That's not all.

Those of my readers who are also friends with me on facebook will already know, but I am engaged and getting married this coming September. We're having the wedding here in Korea and we'll have a traditional Korean wedding. We've already gone hanbok shopping (posts to come later) and we're still debating what to do about photography. Several people from home will be coming into town, including my mom and my best friend from college. I just hope I can have a ceremony at home in the States sooner rather than later so I can celebrate with the rest of the people I care about from home.

While we haven't booked any tickets yet, we've pretty much decided to take our honeymoon in Western China, in Yunnan province. When I tell Koreans this, they shake their heads because they can't understand, but Chinese people's eyes light up and tell me it's an excellent decision, so I think I'll trust the Chinese on this one. More motivation for me to go to China is the fact that I've now been studying Chinese since October. My Chinese still sucks from lack of practice combined with terrible grammar-translation teaching methods used at both hagwons I tried attending. I'm hoping if I still have money in my bank account after a summer at home and hanging out with guests from home in Seoul for the wedding, that I will be able to stay in China for a little longer after my future husband has to go back to work... considering that I won't have any job to go back to. If anyone knows of a good language school in China (any city) where the majority of students are not English speakers, let me know. Making Chinese and Japanese friends is how I learned Korean... perhaps making Japanese friends and Korean friends can help me learn Chinese.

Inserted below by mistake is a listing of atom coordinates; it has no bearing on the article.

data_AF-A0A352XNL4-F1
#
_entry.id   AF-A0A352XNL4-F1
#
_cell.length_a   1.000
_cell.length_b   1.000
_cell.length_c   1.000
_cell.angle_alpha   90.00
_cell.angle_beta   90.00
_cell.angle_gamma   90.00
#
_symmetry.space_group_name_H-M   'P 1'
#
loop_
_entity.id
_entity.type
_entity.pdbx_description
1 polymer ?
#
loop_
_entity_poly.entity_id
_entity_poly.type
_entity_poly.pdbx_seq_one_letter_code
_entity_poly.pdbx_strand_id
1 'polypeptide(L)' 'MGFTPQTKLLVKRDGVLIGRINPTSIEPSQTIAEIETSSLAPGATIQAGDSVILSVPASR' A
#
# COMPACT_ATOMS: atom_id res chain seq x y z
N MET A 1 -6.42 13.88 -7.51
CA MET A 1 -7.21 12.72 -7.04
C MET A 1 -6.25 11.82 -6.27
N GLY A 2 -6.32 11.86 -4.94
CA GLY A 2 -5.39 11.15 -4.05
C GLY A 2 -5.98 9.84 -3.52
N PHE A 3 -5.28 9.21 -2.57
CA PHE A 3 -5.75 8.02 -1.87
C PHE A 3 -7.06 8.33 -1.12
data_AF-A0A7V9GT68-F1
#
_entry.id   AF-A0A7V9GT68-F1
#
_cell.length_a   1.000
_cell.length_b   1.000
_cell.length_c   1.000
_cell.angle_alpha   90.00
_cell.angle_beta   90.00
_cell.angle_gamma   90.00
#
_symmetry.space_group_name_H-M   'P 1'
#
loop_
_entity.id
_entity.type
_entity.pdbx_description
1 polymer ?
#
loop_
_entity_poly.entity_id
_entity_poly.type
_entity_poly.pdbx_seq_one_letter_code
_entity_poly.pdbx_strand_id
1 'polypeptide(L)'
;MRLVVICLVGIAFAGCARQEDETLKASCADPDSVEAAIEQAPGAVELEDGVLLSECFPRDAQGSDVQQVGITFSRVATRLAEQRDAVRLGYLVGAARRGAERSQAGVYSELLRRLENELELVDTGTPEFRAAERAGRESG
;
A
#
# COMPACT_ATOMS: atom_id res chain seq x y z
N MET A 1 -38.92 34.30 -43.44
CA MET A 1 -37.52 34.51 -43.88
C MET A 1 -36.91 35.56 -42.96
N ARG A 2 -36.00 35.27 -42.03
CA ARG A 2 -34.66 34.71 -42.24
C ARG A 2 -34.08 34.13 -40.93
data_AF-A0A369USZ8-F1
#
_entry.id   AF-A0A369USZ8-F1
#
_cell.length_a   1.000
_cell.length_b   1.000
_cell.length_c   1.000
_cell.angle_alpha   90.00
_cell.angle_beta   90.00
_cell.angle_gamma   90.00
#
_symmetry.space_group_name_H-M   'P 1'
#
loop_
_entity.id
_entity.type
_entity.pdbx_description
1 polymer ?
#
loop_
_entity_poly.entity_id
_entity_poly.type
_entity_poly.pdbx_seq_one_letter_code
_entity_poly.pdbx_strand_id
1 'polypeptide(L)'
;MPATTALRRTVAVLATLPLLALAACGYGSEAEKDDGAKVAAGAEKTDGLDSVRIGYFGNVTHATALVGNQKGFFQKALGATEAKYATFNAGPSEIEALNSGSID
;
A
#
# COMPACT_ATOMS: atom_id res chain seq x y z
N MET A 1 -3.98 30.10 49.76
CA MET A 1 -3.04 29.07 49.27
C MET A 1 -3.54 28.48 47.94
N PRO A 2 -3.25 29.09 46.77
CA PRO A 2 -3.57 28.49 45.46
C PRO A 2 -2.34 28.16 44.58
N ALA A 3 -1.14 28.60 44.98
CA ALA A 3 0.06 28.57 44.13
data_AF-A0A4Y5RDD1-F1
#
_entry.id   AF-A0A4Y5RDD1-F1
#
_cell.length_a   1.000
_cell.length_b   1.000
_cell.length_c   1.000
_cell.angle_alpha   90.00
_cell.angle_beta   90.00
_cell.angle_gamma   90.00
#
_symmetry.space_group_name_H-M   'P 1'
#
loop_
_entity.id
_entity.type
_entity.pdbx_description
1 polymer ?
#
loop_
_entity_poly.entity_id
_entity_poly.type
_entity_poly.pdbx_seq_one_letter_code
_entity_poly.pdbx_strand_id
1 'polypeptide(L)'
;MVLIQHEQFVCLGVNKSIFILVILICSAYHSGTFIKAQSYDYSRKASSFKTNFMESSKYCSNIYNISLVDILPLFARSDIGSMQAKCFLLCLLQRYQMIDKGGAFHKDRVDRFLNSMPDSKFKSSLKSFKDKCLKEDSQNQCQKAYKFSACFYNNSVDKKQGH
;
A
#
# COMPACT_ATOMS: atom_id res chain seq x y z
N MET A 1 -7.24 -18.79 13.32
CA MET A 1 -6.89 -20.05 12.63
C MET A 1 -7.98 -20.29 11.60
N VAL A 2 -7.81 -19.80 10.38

Finally, I'm hoping to find a university job in Seoul starting next March. If anyone hears of any job openings or has any tips for finding decent uni jobs, please let me know!

Wednesday, May 1, 2013

전대감댁 Jeon Daekam Daek


Today I met one of the staff members from KOCIS, the makers of The Korea Blog for lunch. She brought me to a really cute restaurant on the Sejong Village Food Culture Street (세종마을 음식문화 거리) near Gyeongbukgung Station. 

전대감댁 is the name of the restaurant 전 (Jeon) is a family name, 대감 (Daekam) a word meaning a high ranking official from ancient times and 댁 (deak) is the honorific form of house (집). So, this could be called Mr. Jeon's House in English.

The food was very nice and light. I didn't have that heavy uncomfortable feeling in my stomach I often have after eating a typical Korean restaurant meal. We just ordered two dishes, 'today's special' which was a beef and radish soup and a grilled pork dish with cabbage. It was just the right amount of food for two people.

However, the thing I liked most here was the ambiance. Water fountains gurgling, fish swimming around lilypads and even an eating area open to the sky above (I guess it was covered by glass).  Food and drinks served on really beautiful ceramic plates, bowls and cups.

If you happen to be in the area,  be sure to stop by. Great for lunch, however, it seems to be most popular in the evening for its 전 or Korean pancakes.

전대감댁/ Jeon Daekam Daek
서울 종로구 체부동 184
Chebudong 184, Jongno-gu, Seoul